Prenatal BPA Exposure Might Lead to More Hyperactivity, Depression, and Anxiety in Young Children

March 14, 2012 · Posted in Peer-Reviewed Published Data 

BPA can be found in the lining of cans.

An article published by Braun et al. in Pediatrics last year suggests that children who were exposed to higher levels of BPA while in the womb exhibited more anxious and depressed behaviors and poorer emotional control and inhibition at age 3.  Braun described the implications of this finding to Medscape Medical News:

“At this point, we don’t know what these findings mean in terms of clinical disorders of behavior,” Joe M. Braun, MSPH, PhD, from the Department of Environmental Health, Harvard School of Public Health, Boston, Massachusetts, told Medscape Medical News. “Future studies will need to determine if BPA exposures are associated with clinical behavior disorders,” he said.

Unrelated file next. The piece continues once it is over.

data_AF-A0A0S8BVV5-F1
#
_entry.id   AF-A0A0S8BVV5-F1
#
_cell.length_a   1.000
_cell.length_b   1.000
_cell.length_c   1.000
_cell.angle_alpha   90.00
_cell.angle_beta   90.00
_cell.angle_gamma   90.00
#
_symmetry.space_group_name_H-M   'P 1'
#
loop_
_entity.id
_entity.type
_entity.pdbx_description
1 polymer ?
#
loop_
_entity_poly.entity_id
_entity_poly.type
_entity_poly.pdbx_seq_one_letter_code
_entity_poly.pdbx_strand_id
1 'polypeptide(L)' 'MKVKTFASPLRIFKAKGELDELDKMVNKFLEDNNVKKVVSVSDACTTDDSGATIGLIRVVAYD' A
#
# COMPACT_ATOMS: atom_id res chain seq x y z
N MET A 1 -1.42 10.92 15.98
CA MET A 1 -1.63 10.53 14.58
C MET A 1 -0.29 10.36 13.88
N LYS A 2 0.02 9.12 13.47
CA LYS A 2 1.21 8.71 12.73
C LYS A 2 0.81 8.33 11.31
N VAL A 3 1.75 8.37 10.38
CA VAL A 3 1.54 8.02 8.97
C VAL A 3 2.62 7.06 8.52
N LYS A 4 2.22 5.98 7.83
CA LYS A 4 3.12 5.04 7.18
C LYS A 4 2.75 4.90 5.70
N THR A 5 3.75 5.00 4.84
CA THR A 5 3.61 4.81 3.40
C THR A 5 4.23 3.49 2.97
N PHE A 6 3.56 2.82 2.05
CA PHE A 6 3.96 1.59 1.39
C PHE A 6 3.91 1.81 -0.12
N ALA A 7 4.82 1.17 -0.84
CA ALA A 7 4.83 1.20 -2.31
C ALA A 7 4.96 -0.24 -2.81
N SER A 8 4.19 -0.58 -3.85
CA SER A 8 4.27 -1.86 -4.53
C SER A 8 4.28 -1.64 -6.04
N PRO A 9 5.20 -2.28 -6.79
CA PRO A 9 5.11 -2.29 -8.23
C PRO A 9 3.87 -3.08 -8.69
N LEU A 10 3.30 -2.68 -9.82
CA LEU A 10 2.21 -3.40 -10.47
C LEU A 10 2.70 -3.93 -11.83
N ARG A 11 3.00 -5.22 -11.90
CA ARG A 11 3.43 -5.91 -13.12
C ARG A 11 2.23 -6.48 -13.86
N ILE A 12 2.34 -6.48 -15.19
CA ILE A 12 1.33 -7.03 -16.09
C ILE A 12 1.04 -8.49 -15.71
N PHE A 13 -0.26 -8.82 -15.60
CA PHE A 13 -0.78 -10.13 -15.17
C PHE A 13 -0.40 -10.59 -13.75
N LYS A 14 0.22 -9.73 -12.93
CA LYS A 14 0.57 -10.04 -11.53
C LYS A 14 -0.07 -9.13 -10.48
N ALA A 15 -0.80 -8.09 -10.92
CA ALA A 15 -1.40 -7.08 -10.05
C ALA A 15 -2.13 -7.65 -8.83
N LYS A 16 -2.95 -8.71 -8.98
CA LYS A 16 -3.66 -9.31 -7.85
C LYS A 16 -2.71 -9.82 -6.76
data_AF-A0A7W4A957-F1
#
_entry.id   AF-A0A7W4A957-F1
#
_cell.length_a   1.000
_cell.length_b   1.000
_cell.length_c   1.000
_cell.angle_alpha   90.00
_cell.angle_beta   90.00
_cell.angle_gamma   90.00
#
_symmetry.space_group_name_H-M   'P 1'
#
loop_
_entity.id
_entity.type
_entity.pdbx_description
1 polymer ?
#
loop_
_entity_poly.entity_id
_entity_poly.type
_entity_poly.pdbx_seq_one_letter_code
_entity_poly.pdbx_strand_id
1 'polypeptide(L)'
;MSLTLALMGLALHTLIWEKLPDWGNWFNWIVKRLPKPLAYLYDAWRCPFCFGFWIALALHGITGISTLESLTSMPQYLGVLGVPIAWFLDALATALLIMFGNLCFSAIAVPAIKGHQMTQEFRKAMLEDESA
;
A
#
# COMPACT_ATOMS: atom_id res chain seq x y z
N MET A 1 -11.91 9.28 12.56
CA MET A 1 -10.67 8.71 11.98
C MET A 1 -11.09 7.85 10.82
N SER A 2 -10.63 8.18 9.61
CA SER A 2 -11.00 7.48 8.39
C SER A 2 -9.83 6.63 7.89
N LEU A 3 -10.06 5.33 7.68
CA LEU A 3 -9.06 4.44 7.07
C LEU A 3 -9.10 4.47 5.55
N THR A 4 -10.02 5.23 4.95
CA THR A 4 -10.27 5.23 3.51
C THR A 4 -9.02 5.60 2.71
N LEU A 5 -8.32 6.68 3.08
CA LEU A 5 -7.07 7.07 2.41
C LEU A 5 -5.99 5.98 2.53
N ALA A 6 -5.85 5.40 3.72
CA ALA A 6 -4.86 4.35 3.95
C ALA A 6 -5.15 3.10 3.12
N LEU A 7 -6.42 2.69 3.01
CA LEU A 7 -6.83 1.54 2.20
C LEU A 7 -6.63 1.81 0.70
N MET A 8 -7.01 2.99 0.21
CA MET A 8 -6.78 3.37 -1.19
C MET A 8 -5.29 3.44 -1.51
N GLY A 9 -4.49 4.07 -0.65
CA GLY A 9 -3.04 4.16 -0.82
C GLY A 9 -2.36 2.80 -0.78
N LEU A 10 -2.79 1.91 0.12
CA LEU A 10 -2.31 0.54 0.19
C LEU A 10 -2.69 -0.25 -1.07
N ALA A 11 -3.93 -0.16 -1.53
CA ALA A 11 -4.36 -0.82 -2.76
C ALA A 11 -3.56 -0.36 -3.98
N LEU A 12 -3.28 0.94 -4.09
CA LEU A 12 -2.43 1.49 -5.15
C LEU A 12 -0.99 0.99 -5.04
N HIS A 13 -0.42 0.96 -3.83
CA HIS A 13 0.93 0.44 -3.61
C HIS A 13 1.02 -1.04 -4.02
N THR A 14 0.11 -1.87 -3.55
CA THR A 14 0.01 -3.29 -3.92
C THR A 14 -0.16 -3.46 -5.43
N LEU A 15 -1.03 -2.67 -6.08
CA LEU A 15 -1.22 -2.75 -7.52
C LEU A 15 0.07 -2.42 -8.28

BPA is used in a variety of consumer products, including dental sealants, food/beverage containers and linings, medical equipment, and thermal receipts, such as those from ATM machines. Virtually all people in industrialized nations are exposed to the plasticizer.

“People who are concerned about BPA exposure could decrease or eliminate their consumption of canned or packaged foods; they could also avoid contact with thermal receipts,” Dr. Braun said.


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